The Slow Rush’s fourth and latest single “Lost in Yesterday” is a woozy and hallucinogenic  disco-tinged banger centered around a propulsive and sinuous bass line, shimmering synth arpeggios, tweeter and woofer rocking beats, a cathartic and soaring hook and Parker’s plaintive vocals. While sonically the song seems to continue a run of glistening and decidedly 80s inspired synth bangers, the song thematically finds Parker exploring time’s distorting effect on memories. Given enough time, nostalgia gives even the most embittering times in your life a bit of a rosy tinge, and a sense of purpose and meaning that you didn’t feel while experiencing it. At it s core, the song is a plea to break the urge to look back with rose colored glasses and live in the here and now.   

Throughout the bulk of this site’s nine-plus year history, I’ve written quite a bit about the Perth, Australia-born and-based singer/songwriter, multi-instrumentalist, producer and JOVM mainstay Kevin Parker, best known for his acclaimed psych pop/synth pop recording project Tame Impala. Now, as you may recall Parker’s third full-length album, 2015’s Currents was a critical and commercial breakthrough: released to wide-ranging critical applause, the album was a Grammy-nominated, RIAA Gold-Certified effort that reflected a decided change in songwriting and approach that featured emotionally direct lyrics paired with an increasingly nuanced and textures sound that drew from psych rock, psych pop, synth pop, prog rock and R&B.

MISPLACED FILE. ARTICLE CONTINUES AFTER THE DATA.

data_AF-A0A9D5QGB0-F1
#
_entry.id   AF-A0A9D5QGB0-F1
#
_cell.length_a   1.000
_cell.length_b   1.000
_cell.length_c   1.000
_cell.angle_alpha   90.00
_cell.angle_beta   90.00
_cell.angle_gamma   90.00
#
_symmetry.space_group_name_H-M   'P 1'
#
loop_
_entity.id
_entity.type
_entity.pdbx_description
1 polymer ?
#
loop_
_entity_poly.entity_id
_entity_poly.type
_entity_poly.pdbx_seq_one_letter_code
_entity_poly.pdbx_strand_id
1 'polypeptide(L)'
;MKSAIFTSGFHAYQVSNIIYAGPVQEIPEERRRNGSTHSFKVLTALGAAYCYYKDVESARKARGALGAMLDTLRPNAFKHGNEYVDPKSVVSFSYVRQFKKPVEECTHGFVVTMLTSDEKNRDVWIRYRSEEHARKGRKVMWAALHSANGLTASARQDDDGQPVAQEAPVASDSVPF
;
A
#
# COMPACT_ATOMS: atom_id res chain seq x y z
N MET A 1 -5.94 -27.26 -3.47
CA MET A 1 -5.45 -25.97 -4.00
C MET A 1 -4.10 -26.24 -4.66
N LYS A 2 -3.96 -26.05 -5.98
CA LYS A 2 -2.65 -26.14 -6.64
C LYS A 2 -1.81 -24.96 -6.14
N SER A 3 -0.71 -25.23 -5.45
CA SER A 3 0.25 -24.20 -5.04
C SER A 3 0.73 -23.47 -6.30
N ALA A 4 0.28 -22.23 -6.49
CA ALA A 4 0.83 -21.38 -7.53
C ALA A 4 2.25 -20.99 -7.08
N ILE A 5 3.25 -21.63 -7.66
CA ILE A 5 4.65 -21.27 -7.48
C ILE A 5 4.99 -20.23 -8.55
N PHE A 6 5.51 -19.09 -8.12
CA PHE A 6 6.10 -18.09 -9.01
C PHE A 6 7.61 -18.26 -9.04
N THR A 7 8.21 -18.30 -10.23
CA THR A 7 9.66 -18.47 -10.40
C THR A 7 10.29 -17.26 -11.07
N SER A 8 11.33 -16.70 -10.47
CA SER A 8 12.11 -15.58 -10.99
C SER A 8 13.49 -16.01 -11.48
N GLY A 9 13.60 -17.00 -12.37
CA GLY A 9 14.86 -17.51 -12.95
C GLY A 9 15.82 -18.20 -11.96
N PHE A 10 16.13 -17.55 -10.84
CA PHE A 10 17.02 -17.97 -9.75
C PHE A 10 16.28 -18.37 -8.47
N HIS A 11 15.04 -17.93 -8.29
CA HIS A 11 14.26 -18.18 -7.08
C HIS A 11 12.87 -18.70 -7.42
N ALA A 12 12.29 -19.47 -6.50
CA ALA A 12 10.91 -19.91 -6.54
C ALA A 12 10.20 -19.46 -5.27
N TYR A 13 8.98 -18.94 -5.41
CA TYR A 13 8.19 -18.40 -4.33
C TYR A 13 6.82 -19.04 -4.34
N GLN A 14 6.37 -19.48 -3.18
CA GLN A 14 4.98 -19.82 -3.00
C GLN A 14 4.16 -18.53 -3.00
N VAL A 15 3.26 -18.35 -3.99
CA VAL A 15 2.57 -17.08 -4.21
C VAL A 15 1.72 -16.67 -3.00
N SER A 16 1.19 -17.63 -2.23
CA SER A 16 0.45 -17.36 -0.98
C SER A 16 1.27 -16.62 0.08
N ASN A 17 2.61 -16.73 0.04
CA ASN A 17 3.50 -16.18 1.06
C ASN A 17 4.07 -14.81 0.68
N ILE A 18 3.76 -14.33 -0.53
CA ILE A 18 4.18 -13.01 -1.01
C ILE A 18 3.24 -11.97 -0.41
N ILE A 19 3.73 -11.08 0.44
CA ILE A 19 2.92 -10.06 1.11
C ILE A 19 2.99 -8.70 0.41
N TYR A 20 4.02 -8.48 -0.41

Earlier this year, Parker released the first bit of new Tame Impala material in over four years — “Patience,” a decidedly upbeat banger that seamlessly bridged 90s house and 70s funk while being a thoughtful meditation on the cycles and phases of life and “Borderline” a blissed out, shimmering mid-tempo track with house music flourishes and a razor sharp hook. These two tracks were unofficially the first two singles off Parker’s long-awaited and highly-anticipated fourth album, The Slow Rush. Slated for a February 14, 2020 release through Interscope RecordsThe Slow Rush reportedly conjures the feeling of a lifetime in a lightning bolt, of major milestones whizzing by you while you’re looking at your phone. Thematically, the album focuses on the rapid passing of time and the unending cycles of creation and destruction in life.  “A lot of the songs carry this idea of time passing, of seeing your life flash before your eyes, being able to see clearly your life from this point onwards. I’m being swept by this notion of time passing. There’s something really intoxicating about it,” Parker told the New York Times earlier this year.

“It Might Be Time,” the album’s latest single is centered around layers of shimmering synth arpeggios, thumping beats, a rousingly anthemic hook and Parker’s plaintive falsetto. And while being a swaggering prog rock meets psych pop banger, the song possesses an underlying sweaty paranoia about getting older and being forced to accept a sad and fateful inevitability — that you’ve lost it and not as cool as you used to be, and that maybe you were never really cool in the first place. If you haven’t had this moment yet, you will. Trust me.